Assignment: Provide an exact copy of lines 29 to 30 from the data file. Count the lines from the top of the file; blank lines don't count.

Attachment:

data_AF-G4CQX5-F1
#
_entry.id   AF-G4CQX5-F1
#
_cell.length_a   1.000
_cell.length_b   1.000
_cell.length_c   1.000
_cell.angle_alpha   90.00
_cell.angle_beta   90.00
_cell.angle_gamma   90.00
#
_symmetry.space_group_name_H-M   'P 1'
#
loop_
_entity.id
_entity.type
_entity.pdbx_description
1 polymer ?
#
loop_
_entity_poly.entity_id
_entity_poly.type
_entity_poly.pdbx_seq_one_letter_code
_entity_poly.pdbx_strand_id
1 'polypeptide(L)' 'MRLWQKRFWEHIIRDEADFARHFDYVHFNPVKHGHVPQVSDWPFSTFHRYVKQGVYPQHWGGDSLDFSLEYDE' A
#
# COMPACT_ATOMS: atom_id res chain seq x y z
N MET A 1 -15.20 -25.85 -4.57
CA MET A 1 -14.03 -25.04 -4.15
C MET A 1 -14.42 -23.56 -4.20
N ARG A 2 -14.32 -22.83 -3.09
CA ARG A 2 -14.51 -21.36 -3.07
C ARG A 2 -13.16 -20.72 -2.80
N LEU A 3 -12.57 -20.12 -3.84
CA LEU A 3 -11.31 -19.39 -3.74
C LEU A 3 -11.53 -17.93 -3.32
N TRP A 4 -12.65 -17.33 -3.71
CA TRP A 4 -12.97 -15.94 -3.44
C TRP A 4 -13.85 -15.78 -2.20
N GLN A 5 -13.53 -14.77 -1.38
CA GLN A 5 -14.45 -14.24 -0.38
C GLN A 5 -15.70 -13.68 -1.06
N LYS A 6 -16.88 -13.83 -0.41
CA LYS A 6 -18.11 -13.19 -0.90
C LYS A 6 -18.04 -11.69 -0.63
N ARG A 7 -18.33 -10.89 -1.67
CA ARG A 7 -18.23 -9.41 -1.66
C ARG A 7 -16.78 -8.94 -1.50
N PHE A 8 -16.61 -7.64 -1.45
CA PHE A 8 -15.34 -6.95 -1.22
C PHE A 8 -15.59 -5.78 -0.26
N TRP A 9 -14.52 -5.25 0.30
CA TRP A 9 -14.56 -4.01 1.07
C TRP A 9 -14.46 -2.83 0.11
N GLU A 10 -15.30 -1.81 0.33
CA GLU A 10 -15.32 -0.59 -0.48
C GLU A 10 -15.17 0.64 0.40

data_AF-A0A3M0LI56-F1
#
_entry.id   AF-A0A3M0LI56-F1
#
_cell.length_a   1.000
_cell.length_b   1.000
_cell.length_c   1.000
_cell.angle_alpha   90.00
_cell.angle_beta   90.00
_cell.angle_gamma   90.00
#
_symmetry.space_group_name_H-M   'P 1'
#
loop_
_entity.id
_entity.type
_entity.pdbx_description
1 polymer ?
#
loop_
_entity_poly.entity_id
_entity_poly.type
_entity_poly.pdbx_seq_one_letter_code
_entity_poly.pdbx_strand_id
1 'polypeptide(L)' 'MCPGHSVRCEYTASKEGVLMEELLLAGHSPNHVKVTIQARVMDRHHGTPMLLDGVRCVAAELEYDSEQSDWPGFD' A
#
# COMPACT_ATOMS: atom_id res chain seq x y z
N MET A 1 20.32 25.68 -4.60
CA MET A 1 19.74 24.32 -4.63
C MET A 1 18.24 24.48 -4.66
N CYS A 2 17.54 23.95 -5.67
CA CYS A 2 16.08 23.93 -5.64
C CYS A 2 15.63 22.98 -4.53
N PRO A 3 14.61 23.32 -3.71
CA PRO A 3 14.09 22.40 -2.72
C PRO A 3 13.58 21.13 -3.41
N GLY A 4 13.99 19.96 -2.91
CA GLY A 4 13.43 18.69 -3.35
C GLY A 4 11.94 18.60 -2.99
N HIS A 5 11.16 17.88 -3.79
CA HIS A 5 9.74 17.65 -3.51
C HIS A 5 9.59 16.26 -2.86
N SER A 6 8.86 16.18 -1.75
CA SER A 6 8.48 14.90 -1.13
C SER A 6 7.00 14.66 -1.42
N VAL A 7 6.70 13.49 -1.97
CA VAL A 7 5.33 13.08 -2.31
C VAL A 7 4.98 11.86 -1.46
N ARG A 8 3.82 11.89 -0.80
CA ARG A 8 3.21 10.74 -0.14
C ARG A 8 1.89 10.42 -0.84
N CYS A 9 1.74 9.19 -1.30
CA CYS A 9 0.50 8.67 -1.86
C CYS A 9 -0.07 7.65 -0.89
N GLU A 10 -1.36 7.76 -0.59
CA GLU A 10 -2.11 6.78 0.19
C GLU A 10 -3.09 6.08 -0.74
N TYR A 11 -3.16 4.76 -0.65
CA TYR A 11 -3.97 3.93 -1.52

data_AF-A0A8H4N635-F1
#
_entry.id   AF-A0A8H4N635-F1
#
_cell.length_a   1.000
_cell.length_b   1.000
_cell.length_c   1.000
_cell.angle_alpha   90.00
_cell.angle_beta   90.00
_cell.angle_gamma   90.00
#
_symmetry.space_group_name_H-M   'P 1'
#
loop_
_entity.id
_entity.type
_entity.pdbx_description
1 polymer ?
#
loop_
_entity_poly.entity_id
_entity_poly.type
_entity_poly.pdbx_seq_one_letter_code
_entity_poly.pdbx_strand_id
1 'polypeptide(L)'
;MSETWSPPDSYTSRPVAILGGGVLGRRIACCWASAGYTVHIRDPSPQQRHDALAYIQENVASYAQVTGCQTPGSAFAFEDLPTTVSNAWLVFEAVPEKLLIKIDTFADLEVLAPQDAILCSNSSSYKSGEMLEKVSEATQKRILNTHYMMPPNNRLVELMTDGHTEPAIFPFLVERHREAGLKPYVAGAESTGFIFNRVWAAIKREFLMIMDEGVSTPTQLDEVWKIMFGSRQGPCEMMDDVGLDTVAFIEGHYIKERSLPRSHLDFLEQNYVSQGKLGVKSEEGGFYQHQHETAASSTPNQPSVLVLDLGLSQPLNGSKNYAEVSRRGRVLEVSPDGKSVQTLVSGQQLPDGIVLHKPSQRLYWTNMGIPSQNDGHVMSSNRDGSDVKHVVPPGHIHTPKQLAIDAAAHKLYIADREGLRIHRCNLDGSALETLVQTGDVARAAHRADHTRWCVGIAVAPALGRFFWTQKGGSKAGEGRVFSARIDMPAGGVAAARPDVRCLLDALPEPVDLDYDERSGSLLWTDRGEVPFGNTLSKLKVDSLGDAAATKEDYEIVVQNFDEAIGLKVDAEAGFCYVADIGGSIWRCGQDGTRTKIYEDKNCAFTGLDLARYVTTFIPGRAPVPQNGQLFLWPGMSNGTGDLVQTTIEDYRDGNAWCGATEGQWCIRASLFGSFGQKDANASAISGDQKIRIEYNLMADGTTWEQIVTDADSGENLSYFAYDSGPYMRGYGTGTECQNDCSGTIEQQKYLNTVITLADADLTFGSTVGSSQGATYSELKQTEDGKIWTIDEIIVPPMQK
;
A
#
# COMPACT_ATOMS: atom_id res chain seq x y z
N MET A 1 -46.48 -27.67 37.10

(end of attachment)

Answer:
CA MET A 1 -14.03 -25.04 -4.15
C MET A 1 -14.42 -23.56 -4.20